Opinion

SCOT LEHIGH

Taxpayer risk is Boston 2024’s highest hurdle

John Fish (from left), Richard Davey, and David Manfredi of Boston 2024 appeared before a hearing at Boston City Hall’s council chambers last month.
Wendy Maeda/Globe staff
John Fish (from left), Richard Davey, and David Manfredi of Boston 2024 appeared before a hearing at Boston City Hall’s council chambers last month.

When it comes to hosting the Olympics here in 2024, I’m a skeptic. But now that everyone agrees that voters will get to decide the fate of the Olympics bid, I’m a skeptic in a wait-and-see mode.

The threshold question that Boston 2024 faces is crystal clear. Well before the public vote, the group will need to present a convincing plan showing how Boston (or Greater Boston) can host the 2024 Summer Games without putting taxpayers at risk.

So far, what we have are professions of good intentions. “Tax dollars will not be used to build venues or pay for the operation of the Games,” Boston 2024’s new briefing book asserts.

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The reality, however, is that at some point, Boston will have to guarantee that the various Olympic venues will be ready. And that means the city could have to step to the plate if plans go seriously awry. Given the deep opposition to using public dollars for the Games, it’s difficult to see how Mayor Marty Walsh could put Boston in that position without an air-tight assurance that taxpayers won’t be left holding the bag.

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So is such an assurance really possible? Yes, declares Boston 2024, saying it will use the private insurance concepts that were part of Chicago’s unsuccessful bid to host the 2016 Summer Games.

“Our goal is to insure 100 percent of the risks so that neither the city, the state, the US Olympic Committee, nor Boston 2024 has any exposure,” says Robert Popeo, pro bono outside counsel to the Boston Olympics group. “We are confident we will be able to do so.”

Maybe, but several financial experts I spoke with say it will be very difficult to insulate the public from any and all risk. Boston 2024 doesn’t, of course, have such an insurance package in hand yet. First, it needs to get the actual Olympics costs and plan nailed down.

At this point, its projection of development or capital costs is $3.4 billion, an estimate that history suggests is low. The current hope is to find a private developer to build the Olympic Village and then lease it to Boston 2024 for the Games. The Olympic stadium, which, unlike the athletes’ village, wouldn’t have a secondary use, would be financed from the Games’ $4.7 billion operating budget.

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But it’s important to be clear-eyed about the Chicago example. The insurance component there would have covered only about $1.1 billion of the multi-billion-dollar cost of the Games, leaving the city and the state liable for other shortfalls.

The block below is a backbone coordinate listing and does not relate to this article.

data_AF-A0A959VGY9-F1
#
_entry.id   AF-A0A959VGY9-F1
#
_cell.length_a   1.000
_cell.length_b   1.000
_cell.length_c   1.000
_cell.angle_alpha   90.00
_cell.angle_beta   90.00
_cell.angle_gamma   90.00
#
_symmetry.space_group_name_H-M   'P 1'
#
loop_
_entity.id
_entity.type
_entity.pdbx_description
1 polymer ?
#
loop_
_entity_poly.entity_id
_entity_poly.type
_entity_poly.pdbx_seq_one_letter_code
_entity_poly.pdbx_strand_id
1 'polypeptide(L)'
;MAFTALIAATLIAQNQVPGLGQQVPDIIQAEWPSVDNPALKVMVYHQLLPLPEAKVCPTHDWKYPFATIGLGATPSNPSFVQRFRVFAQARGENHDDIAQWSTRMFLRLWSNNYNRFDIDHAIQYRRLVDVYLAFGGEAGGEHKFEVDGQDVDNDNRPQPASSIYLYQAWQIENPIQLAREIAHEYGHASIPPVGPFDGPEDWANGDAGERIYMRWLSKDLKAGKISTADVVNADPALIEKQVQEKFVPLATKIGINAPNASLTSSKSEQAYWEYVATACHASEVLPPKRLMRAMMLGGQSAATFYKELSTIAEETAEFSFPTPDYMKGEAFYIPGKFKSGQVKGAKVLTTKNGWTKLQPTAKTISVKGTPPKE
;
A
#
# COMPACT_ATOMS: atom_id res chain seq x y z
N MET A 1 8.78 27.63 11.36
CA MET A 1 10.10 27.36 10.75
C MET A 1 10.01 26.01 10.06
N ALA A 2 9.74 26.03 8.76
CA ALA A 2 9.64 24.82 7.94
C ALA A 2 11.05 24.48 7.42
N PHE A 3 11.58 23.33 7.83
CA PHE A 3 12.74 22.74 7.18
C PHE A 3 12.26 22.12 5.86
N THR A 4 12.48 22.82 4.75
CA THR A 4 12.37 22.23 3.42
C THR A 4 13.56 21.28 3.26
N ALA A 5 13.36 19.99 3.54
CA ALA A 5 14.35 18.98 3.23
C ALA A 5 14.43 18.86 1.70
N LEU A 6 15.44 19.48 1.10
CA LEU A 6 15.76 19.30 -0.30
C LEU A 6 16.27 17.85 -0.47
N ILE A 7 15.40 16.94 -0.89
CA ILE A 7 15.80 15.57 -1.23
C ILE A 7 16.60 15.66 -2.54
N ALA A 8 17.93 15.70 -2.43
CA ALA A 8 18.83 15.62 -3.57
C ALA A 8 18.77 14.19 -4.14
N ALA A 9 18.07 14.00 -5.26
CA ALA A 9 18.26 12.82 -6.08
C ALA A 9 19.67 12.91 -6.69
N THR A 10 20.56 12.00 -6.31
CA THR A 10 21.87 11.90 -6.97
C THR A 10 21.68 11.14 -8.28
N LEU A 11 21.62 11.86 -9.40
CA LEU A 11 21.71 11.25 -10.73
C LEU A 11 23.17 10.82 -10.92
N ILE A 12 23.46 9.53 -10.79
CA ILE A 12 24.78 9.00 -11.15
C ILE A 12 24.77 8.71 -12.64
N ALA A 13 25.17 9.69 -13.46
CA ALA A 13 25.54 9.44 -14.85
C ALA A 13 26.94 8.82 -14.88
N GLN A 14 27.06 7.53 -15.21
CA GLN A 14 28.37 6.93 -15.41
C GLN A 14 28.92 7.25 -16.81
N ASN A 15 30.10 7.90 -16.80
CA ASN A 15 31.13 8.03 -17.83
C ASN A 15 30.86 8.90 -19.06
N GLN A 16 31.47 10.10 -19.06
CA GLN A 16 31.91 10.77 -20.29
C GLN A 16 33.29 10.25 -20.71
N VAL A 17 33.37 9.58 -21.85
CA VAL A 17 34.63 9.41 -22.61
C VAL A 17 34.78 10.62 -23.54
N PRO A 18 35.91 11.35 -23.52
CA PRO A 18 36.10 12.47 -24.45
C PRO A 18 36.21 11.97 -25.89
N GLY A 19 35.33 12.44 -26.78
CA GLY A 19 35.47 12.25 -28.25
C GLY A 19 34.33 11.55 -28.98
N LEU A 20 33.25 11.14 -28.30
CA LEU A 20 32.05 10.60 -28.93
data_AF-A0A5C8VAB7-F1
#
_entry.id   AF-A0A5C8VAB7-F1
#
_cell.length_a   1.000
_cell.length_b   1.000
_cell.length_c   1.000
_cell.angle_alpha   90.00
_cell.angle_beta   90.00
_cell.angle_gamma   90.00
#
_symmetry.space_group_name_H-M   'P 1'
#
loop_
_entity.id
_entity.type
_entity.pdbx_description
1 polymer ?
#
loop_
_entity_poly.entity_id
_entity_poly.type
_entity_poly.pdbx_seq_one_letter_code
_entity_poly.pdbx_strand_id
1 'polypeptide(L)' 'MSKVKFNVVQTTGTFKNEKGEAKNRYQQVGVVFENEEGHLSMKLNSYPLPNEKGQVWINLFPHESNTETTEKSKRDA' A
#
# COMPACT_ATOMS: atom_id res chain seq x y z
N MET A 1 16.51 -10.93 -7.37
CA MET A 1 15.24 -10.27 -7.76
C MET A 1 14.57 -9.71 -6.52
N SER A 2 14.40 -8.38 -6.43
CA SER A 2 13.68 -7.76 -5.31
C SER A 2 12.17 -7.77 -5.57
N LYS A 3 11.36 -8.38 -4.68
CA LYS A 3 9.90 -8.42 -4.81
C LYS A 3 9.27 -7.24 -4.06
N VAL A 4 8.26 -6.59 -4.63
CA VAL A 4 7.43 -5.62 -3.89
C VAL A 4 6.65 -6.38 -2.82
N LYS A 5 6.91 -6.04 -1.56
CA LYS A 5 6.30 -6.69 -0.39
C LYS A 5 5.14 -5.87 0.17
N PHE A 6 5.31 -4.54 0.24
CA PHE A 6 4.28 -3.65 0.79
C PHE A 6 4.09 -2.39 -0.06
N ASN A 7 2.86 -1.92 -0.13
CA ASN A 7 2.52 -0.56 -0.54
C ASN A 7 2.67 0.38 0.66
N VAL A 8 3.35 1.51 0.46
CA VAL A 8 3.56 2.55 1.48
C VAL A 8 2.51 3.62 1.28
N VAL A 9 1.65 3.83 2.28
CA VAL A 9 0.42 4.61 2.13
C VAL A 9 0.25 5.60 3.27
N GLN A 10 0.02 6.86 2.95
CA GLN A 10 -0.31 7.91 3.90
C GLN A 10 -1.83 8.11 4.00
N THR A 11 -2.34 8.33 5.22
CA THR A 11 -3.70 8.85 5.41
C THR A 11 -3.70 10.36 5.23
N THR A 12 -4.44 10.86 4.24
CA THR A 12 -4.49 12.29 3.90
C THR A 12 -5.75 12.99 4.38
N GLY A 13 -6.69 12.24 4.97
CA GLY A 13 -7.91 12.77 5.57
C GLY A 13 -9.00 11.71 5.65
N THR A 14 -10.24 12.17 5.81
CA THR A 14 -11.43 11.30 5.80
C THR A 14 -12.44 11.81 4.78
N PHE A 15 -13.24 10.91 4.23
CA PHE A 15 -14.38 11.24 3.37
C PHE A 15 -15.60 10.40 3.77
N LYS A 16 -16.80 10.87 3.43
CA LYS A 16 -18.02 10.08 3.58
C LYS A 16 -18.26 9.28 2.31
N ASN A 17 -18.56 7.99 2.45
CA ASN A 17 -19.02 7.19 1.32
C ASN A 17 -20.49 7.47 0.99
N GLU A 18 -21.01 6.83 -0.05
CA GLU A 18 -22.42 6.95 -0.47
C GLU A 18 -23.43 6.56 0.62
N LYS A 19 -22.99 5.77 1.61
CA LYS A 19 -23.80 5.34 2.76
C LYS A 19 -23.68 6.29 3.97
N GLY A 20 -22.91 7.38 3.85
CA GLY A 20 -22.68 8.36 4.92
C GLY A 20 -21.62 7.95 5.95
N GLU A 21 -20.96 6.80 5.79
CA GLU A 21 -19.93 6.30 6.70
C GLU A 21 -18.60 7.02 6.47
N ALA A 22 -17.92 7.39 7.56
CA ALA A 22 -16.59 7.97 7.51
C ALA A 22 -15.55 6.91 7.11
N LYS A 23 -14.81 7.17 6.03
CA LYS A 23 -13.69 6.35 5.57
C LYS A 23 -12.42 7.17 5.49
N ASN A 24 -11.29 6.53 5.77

And according to Crain’s Chicago Business newspaper, there was no coverage against the risk that private lenders couldn’t be found to finance the Olympic Village, and none against shortfalls in corporate sponsorships. Further, a review by the Civic Federation, an independent, nonpartisan research group, included this caveat: For certain types of indemnification claims made, a $500 million deductible would have kicked in before the insurance policy paid out.

So although the insurance component would have provided some protection for taxpayers, it fell well short of guaranteeing they wouldn’t face any financial risk.

“Insurance can’t make things 100 percent risk free for taxpayers, because risk comes in lots of forms,” notes Mark Williams, an expert on risk management and a master lecturer at Boston University.

Another possibility Boston 2024 has contemplated, though one now on the back burner, is floating bonds to finance construction, with bond insurance to guarantee repayment in case of problems. But in the aftermath of the financial crisis, there’s little appetite among insurers for insuring bonds that aren’t governmentally issued. And even bond insurance isn’t a categorical guarantee against risk, experts say.

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“You can build in many different kinds of protection, financial, legal, and otherwise, but at the end of the day, if those bondholders have nowhere else to go, they are going to make a claim in court against the city,” says Justin Marlowe, an expert in public finance at the University of Washington’s Evans School of Public Affairs.

The city could have to step to the plate if plans go seriously awry.

Now, none of this is to say the task is impossible.

“You can’t say it can’t be done, because there is so much potential revenue here,” says Williams. “But this would be financial engineering at a whole new level.”

It is, in other words, an Olympian hurdle all its own. And one that Boston 2024 should expect will face an equivalent level of skepticism and scrutiny.

Scot Lehigh can be reached at lehigh@globe.com. Follow him on Twitter @GlobeScotLehigh.